When I arrived, I was especially glad that none of my family members and neighbors suffered, and that the action took place without any damage to the property of third parties. An analysis aimed at determining the cause of the fire led to the conclusion that the fault was caused by an incorrectly installed battery charger. During the repair of the trailer in a professional company ( CAMPERNIKI from Silesia), the experts noticed a few shortcomings in the art of assembly and "recreated" the entire installation point by point, taking into account a number of additional safeguards. As I mentioned, the caravan was packed with additional equipment (under-bench air conditioning, mover, voltage converter, Auto Level by Enduro), and all elements were concentrated under one of the benches, there was a lot to play.

As the trailer did not have AC insurance, I had to cover the cost of over PLN 30,000 for labor and parts from my own pocket. I do not wish such experience to anyone and sincerely advise you to learn from other people's mistakes, saving yourself from such a trauma. Reconstruction of a motorhome or caravan in the manufacturer's technology requires professional knowledge, access to original spare parts (in my case, apart from all upholstery and mattresses, these were plates, mounting elements and fittings, lamps, strips and covers, and lots of expensive electronics). The above is also intended to draw the attention of honorable readers to the fact that such situations can happen to literally anyone. Until the fire, I, too, at the back of my head, downplayed the dangers, and subconsciously pushed all reports of similar cases out of my consciousness.


Okay, but what conclusions did I draw from this event in retrospect? For me, despite the mental discomfort associated with the whole situation, the most important thing in returning to normalcy was to prepare for the future and work out patterns of action just in case. The basic elements that probably do not need anyone to pay attention to are sensors / alarms - gas and smoke / carbon monoxide. They will allow us to wake up immediately after detection and take effective action.

It is worth having at least two fire extinguishers on board the motorhome / caravan, of which at least one should be foam (I have two). The foam extinguisher allows you to extinguish a fire in the kitchen (when the source is e.g. fat), moreover, it is not irritating and does not cause such huge losses in property as the powder one. More than half of the repair value after the fire described above in my trailer was caused by "booze" and the effect of extinguishing powder. 6 (SIX) powder extinguishers were put into operation in the building, which is less than 7 meters long, which basically devastated the interior, all upholstery, foam, curtains, carpeting and furniture. The use of a more precise fire extinguisher and non-toxic foam would minimize losses while maintaining internal visibility during the action and possibly nip the fire in the bud. All extinguishing agents should be readily available - in my case, one fire extinguisher hangs right above the entrance to the kitchen, the second one is at hand next to the bed in the bedroom, the third one goes with us in a locker next to the gas cylinder.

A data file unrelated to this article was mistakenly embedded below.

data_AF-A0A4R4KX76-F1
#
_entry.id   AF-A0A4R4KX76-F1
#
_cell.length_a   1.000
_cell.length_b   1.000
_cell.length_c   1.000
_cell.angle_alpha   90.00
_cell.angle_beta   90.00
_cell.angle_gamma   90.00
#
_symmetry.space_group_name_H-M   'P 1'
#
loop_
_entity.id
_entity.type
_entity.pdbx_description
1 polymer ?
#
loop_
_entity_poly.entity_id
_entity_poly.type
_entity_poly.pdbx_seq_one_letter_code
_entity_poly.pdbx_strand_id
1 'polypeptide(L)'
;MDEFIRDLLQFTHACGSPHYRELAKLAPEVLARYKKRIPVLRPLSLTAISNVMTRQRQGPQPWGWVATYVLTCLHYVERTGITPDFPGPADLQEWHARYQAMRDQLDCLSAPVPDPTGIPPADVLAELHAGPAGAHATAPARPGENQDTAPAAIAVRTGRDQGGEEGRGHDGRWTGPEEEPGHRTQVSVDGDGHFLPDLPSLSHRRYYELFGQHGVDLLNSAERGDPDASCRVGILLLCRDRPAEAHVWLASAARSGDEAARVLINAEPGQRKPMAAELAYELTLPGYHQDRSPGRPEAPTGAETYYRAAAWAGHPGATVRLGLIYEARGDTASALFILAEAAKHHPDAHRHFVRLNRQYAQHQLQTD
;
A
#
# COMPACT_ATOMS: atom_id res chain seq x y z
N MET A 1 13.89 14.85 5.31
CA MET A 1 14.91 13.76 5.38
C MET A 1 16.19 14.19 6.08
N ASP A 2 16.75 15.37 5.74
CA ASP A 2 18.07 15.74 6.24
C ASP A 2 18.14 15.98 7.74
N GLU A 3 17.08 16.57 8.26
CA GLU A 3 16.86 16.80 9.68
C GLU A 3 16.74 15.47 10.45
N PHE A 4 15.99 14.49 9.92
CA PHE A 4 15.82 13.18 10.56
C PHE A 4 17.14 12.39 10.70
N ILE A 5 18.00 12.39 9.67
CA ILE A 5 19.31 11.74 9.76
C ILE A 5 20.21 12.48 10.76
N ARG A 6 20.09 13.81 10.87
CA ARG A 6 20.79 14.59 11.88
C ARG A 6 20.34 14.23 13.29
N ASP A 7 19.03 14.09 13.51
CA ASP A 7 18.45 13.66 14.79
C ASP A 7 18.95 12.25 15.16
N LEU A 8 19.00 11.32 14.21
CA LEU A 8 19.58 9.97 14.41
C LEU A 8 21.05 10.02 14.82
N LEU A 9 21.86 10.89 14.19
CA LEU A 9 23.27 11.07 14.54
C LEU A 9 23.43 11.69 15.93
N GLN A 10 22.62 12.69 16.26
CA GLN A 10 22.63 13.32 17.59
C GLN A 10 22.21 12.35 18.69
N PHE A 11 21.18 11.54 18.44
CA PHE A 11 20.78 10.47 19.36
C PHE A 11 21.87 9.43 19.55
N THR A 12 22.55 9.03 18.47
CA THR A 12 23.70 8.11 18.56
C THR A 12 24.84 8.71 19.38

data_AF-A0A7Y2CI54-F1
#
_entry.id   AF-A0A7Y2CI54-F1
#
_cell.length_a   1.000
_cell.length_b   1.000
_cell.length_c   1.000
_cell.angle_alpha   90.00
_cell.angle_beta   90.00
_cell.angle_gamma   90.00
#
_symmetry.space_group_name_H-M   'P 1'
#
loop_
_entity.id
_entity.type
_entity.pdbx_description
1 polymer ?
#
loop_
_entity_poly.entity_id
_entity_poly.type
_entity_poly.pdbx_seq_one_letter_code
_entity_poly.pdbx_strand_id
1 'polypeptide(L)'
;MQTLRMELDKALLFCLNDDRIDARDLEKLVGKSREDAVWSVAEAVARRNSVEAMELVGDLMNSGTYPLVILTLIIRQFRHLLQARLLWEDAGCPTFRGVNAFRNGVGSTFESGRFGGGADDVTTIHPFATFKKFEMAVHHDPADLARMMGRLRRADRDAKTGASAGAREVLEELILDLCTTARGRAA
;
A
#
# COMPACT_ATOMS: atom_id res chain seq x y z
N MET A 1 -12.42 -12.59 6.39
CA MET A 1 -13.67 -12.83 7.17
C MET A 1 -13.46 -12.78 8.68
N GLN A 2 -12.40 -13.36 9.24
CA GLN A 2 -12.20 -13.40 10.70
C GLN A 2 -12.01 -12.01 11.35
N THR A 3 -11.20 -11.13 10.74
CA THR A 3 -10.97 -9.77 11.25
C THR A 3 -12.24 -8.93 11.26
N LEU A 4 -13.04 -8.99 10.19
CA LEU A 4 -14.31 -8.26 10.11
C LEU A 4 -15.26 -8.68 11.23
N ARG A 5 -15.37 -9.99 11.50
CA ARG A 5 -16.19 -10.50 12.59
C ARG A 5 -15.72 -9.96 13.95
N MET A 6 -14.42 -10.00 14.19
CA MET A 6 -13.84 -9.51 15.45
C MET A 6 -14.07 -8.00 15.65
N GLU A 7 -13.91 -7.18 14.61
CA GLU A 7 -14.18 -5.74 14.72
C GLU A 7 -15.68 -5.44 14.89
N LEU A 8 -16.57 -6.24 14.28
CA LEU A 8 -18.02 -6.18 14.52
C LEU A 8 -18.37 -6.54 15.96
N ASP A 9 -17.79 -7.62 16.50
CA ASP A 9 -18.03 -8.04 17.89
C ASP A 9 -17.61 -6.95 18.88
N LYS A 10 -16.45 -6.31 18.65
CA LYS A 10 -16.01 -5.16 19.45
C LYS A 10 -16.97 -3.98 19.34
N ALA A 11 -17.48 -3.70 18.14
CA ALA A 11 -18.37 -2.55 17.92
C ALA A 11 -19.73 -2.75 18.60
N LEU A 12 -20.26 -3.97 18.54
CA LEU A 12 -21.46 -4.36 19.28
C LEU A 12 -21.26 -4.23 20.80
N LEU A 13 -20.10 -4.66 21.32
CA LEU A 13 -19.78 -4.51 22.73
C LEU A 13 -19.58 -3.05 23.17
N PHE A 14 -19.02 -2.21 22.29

Fire blanket - if you discover a fire source, use a blanket to nip it in the bud. The above measures are inexpensive, and certainly not compared to the value of the property that we will protect thanks to them.

Have you had any experiences with fire or fire hazards during your expeditions? We would love to hear your reports, opinions and tips on the proper preparation of the equipment.

A fire in a caravan or motorhome - a trauma for life – image 1
A fire in a caravan or motorhome - a trauma for life – image 2
Maciej Kinal
Maciej Kinal

I feel best in the form of trade fairs and meetings with enthusiasts. Technical freak. In my life I have dismantled many motorhomes for the first time. Fan of large vehicles, mountain biking and traveling without weight and financial restrictions. At CampRest, I am responsible for all publications on automotive topics.